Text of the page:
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Russell Wilson Stands between Rams and Winning NFC West

December 15th, 2017 · No Comments · Football, NFL, Rams

The Los Angeles Rams can take a huge step toward winning the NFC West for the first time since 2003 if they win in Seattle on Sunday.

The Seahawks can be had.

The Legion of Boom is decimated, Seattle’s linebackers are wobbling, the offensive line is porous and the club might be 5-8 instead of 8-5 if not for one man:

Russell Wilson.

But that is one hell of a man.

Some suggest Wilson should be the leading candidate for the NFL’s Most Valuable Player award, or they did after Seattle’s first 12 games, at which point Wilson had accounted for 29 of Seattle’s 30 touchdowns — 26 by passing, three by rushing.

He was particularly heroic while out-doing Carson Wentz in a 24-10 victory over the 10-1 Philadelphia Eagles on December 3. Wilson threw for three touchdowns with no turnovers, and his MVP campaign picked up speed.

Wilson ran into a bit of trouble in a 30-24 loss at Jacksonville last weekend, suffering three interceptions before leading a fourth-quarter surge that cut a 20-point deficit to six.

The Rams, then, are faced with coming up with strong performances throughout the squad if they want to win in Seattle, before the Seahawks’ noisy fans and in rainy weather, and beat back one-man-gang Russell Wilson, in the process.

The Rams are fairly healthy, ahead of their most significant game since 2004, their most-recent appearance in the playoffs. The players are in fairly good shape, considering this is their 14th game, and a few are returning from injury, led by Robert Woods, their best receiver.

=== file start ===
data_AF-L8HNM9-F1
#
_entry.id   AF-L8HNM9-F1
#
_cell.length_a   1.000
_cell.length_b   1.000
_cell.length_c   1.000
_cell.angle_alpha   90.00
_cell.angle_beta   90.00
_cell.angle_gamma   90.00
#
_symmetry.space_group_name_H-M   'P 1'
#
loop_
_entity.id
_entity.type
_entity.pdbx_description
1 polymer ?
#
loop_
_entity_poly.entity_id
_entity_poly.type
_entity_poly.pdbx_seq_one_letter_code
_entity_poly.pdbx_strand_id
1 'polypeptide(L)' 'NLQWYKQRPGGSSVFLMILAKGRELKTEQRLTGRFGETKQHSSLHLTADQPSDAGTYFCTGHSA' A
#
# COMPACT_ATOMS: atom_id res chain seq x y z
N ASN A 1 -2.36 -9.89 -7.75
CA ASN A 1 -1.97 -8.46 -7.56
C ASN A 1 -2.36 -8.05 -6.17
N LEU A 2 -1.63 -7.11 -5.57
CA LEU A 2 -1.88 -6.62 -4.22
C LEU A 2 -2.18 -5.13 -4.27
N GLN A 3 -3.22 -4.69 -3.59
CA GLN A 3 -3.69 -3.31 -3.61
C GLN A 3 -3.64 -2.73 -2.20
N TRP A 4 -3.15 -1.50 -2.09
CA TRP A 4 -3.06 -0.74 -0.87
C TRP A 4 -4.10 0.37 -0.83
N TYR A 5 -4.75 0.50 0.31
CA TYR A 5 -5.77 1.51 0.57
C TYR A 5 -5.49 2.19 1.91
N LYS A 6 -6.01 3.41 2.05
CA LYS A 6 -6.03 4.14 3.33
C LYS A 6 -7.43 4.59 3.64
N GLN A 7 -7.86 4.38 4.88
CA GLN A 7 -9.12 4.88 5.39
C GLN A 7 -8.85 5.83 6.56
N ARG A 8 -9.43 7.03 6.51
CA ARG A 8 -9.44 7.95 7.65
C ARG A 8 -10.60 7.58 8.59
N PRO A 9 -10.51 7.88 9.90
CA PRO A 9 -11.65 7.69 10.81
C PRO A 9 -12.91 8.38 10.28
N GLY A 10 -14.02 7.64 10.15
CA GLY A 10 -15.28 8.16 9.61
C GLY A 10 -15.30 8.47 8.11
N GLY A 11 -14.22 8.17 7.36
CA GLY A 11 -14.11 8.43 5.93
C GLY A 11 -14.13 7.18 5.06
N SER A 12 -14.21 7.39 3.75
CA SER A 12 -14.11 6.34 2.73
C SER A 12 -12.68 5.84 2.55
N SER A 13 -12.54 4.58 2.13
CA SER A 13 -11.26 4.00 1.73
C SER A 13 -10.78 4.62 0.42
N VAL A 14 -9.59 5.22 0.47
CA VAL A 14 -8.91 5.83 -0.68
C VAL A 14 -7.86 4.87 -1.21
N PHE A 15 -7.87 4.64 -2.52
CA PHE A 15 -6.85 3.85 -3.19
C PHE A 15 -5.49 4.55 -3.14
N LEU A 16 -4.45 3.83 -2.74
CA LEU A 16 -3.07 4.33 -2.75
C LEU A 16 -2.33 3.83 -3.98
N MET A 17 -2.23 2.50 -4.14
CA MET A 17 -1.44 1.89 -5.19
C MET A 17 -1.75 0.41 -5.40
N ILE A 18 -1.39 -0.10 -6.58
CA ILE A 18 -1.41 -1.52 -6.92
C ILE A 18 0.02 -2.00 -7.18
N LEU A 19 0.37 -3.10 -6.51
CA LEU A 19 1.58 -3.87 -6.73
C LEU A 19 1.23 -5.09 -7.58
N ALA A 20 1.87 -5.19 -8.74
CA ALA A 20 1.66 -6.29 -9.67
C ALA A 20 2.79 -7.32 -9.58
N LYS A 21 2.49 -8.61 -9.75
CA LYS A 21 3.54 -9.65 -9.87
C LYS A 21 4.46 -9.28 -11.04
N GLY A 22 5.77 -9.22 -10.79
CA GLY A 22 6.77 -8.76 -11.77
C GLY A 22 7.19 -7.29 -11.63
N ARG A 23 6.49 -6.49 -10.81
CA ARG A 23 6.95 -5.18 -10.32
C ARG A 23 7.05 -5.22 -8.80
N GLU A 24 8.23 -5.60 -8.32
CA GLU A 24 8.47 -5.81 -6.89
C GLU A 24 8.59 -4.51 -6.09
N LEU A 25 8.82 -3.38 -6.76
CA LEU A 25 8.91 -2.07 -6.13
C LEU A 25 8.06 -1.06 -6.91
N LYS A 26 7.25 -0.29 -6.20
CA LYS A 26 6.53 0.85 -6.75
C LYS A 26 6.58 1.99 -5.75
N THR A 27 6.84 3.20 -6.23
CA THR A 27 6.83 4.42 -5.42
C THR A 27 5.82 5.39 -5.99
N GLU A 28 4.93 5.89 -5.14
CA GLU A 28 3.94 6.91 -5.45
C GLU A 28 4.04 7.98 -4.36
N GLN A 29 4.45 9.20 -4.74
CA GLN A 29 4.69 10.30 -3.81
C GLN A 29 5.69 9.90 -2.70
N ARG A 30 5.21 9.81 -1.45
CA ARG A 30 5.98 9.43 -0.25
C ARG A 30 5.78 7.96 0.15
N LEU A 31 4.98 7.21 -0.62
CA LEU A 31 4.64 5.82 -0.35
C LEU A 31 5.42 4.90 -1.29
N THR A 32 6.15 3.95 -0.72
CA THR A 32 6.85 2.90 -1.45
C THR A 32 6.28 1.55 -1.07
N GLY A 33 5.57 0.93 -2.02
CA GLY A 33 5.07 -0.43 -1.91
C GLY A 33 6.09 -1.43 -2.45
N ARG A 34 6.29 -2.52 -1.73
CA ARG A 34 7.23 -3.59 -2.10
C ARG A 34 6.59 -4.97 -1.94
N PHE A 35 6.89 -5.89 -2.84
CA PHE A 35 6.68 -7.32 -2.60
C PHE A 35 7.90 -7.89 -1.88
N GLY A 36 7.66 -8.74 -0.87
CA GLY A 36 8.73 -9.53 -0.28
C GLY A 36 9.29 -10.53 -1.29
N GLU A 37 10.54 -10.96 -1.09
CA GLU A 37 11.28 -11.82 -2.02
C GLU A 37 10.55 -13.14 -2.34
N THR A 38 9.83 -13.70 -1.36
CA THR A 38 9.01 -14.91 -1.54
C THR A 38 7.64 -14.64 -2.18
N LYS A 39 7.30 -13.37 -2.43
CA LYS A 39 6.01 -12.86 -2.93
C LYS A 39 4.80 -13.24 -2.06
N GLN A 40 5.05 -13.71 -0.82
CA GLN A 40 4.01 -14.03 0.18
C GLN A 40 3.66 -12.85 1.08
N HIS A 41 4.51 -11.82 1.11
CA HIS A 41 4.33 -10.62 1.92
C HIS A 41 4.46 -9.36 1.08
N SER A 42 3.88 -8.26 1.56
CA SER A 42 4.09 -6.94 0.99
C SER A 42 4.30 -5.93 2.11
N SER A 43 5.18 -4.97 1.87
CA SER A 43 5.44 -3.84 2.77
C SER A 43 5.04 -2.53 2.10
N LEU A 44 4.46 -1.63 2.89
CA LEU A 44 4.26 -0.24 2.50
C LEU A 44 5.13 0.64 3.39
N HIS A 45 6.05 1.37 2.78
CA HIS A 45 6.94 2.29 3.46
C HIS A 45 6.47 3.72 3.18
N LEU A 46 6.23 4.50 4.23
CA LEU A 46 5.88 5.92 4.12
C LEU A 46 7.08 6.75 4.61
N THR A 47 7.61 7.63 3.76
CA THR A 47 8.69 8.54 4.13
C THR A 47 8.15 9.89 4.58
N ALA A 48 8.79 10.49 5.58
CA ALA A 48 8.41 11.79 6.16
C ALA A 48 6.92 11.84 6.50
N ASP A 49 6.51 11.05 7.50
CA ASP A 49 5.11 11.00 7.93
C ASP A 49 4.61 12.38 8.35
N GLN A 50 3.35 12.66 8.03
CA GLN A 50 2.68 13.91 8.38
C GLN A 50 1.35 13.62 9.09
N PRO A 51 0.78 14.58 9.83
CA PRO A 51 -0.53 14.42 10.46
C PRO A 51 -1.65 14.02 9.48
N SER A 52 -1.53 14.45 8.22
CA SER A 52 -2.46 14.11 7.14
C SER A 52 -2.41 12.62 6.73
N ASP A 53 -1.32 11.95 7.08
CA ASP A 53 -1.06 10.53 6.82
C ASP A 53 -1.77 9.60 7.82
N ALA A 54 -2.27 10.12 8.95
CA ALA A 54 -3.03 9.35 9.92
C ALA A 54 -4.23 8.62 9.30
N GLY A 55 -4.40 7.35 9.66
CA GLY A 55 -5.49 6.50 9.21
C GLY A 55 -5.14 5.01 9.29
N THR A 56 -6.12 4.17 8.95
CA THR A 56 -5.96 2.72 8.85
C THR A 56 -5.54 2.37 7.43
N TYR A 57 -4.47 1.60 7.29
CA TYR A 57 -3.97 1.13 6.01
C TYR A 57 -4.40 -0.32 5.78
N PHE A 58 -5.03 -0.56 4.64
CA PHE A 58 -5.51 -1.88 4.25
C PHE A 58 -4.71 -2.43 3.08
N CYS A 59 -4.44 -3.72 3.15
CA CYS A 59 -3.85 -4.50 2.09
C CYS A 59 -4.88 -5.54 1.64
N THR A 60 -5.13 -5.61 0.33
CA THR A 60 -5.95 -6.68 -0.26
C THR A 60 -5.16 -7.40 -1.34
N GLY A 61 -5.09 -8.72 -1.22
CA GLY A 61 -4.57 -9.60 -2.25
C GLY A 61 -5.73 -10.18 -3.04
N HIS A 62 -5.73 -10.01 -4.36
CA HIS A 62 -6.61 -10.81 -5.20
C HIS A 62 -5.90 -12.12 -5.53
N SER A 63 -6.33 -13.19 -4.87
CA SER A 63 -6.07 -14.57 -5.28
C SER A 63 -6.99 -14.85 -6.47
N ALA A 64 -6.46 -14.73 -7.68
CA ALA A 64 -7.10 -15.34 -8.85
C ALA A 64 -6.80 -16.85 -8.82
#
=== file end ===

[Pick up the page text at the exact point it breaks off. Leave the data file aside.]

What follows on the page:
The outcome may hinge on how efficient Rams QB Jared Goff can be in a noisy stadium (he struggled in the Minnesota noise) and whether the Rams can keep Wilson from taking over the game, especially in the final 15 minutes.

Wilson does not have much help, at the moment.

His blockers are battered and the Seattle defense will be without Kam Chancellor and Richard Sherman, secondary stalwarts who are out for the season, and inside linebackers K.J. Wright and Bobby Wagner may not be ready to go.

If the Rams can run their offense efficiently, via coach Jim McVay and Goff & Friends, they ought to be able to put up 20-some points.

Wilson, however, might match or exceed that.

He is the anti-Goff.

The Rams’ second-year QB is part of a system. Goff is about the coaching staff’s play-calling and his rote repetition of basic movements — and accurate passing.

Wilson presents many more problems.

His ability to turn what looks like a sack into a 15-yard scramble is well-known. He can throw deep and accurately while on the run and sometimes seems to prefer to do so. As long as he has the ball in his hand, no play (and no game) is over, and his teammates and opponents know it.

(Goff does not yet inspire that sort of confidence or fear.)

The stakes are about as high as they can be, for the Rams, who are 9-4 and could take a two-game lead atop the NFC West, which they last won with Mike Martz calling plays and Marshall Faulk piling up yards.

A defeat, however, leaves them at 9-5, with the Seahawks, who would hold the head-to-head tiebreaker, having already beaten the Rams 16-10 back in October.

The Seahawks have been synonymous with success since Wilson joined the team, in 2012; they have made five successive playoffs appearances and played in two Super Bowls.

Over the same period, the Rams have been about frustration and failure.

The Rams have shown signs of reordering the power structure in the NFC West, but here is a moment when they need to step forward.

If they do not take charge, Russell Wilson will.


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